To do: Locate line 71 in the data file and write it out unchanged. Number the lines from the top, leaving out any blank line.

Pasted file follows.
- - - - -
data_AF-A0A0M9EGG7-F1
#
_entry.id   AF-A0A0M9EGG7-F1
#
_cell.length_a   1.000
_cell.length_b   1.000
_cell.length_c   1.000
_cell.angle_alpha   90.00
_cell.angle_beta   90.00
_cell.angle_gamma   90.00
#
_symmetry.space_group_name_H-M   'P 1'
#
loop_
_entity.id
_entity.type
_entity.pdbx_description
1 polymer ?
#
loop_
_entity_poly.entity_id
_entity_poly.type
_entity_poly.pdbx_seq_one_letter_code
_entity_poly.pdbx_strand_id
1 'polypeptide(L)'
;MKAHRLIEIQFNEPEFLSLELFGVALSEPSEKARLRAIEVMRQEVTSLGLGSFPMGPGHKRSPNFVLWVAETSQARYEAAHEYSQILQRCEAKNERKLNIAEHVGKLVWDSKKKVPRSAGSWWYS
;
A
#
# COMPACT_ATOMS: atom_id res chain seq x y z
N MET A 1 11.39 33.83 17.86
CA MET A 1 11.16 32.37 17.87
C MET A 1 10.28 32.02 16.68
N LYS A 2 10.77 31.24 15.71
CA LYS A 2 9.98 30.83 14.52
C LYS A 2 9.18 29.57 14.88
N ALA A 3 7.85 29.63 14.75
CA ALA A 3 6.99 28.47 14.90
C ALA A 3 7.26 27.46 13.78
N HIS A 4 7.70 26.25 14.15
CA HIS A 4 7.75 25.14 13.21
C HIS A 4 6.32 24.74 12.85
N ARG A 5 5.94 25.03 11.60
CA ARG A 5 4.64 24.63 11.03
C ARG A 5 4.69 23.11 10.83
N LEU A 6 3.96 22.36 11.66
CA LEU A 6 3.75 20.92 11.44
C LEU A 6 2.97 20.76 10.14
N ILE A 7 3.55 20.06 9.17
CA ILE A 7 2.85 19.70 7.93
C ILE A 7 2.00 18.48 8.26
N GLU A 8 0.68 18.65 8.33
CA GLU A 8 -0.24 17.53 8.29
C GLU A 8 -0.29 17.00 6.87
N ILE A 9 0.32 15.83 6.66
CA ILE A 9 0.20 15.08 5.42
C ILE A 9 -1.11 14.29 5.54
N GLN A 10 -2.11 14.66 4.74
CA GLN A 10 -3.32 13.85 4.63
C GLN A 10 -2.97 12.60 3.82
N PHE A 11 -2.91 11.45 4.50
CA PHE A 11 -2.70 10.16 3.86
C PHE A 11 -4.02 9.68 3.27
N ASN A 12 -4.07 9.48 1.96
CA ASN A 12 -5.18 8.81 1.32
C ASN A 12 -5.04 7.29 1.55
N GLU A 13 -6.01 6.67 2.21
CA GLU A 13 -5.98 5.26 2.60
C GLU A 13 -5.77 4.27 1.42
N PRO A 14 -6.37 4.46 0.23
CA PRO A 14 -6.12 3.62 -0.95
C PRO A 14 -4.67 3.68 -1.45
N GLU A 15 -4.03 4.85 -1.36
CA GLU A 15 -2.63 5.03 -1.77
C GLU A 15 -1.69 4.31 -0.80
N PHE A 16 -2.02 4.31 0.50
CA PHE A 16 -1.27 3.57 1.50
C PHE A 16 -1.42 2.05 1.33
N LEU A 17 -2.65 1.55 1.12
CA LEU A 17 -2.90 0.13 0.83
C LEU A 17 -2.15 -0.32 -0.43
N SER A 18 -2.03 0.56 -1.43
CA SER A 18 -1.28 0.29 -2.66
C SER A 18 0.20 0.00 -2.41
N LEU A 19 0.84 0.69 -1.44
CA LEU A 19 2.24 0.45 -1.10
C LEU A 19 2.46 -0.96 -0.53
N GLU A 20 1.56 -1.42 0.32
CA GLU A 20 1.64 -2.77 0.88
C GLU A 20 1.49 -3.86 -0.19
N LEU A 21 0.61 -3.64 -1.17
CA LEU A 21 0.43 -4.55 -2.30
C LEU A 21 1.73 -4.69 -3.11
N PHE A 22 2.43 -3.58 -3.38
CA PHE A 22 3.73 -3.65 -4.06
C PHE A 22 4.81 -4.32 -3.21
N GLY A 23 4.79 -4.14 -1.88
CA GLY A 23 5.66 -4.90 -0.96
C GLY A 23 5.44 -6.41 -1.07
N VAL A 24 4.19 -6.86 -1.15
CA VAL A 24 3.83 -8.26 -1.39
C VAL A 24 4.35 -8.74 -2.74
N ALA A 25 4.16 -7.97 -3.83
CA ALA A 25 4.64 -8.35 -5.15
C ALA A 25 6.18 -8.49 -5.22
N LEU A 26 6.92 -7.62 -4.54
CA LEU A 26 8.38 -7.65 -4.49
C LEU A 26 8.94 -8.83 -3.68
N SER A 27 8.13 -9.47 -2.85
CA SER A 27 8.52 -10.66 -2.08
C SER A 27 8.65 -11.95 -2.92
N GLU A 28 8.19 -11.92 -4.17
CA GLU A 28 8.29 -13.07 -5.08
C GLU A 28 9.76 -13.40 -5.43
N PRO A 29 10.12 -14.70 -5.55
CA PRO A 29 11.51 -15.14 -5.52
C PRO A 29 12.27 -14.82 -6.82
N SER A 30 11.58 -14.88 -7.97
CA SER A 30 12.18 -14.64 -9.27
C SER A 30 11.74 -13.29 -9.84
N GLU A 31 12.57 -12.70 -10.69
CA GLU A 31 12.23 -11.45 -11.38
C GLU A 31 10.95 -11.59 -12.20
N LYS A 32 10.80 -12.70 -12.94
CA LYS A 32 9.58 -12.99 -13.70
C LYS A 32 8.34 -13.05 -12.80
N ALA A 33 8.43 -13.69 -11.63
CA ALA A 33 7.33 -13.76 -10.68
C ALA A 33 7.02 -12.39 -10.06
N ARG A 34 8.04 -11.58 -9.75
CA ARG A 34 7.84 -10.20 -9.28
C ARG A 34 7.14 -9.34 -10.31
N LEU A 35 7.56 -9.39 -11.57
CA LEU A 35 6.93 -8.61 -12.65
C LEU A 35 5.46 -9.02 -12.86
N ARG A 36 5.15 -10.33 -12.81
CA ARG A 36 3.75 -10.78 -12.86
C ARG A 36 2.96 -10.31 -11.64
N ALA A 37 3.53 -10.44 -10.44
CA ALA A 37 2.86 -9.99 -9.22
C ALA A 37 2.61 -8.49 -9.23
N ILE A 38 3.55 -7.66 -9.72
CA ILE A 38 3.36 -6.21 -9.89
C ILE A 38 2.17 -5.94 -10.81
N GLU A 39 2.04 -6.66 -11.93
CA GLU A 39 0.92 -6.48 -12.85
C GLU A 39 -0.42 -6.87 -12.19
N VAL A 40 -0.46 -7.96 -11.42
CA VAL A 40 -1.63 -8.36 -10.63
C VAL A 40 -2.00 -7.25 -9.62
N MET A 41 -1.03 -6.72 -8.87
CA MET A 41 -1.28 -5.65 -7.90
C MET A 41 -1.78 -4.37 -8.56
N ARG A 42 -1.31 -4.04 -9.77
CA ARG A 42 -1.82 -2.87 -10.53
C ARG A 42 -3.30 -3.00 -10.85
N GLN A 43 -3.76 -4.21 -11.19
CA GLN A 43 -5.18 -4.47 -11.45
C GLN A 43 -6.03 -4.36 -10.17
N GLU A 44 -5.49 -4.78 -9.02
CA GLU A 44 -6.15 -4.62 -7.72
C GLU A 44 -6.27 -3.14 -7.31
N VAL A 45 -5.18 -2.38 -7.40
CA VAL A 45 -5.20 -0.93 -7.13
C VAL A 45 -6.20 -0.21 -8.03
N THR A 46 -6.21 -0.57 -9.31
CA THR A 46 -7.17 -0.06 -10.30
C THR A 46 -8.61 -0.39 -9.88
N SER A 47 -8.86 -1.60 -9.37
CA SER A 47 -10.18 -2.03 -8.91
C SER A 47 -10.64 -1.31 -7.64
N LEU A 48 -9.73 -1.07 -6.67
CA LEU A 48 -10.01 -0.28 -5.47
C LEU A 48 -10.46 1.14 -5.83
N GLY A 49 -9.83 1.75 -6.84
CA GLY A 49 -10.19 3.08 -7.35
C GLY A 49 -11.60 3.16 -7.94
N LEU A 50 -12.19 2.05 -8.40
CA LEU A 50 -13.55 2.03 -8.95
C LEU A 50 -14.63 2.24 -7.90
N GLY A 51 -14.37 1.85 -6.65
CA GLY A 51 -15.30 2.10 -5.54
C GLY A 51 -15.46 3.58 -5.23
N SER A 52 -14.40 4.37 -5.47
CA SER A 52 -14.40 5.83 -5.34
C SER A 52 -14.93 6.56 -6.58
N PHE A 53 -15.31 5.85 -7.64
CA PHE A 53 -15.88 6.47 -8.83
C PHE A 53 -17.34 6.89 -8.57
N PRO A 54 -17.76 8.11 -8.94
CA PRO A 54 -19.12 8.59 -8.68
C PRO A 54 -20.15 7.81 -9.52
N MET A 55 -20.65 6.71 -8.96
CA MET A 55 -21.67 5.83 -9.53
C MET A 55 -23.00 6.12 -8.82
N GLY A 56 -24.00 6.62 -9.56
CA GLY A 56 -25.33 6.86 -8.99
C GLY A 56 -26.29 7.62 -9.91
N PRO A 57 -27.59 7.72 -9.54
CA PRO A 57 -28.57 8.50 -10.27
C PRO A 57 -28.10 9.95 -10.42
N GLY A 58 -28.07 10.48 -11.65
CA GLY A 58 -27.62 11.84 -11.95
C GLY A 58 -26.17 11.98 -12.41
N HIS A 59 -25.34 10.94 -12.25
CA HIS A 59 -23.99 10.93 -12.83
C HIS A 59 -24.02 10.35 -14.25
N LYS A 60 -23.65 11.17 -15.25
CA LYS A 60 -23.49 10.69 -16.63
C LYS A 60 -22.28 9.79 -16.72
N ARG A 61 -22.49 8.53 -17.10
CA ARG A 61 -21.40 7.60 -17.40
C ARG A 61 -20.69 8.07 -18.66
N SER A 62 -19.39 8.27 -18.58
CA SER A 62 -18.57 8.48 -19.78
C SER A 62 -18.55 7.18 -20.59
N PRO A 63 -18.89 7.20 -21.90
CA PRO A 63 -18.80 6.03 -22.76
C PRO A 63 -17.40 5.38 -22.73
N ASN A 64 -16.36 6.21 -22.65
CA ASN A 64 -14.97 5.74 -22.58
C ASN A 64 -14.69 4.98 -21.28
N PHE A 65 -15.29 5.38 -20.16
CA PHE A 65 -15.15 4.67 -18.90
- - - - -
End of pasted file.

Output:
CA PRO A 14 -6.12 3.62 -0.95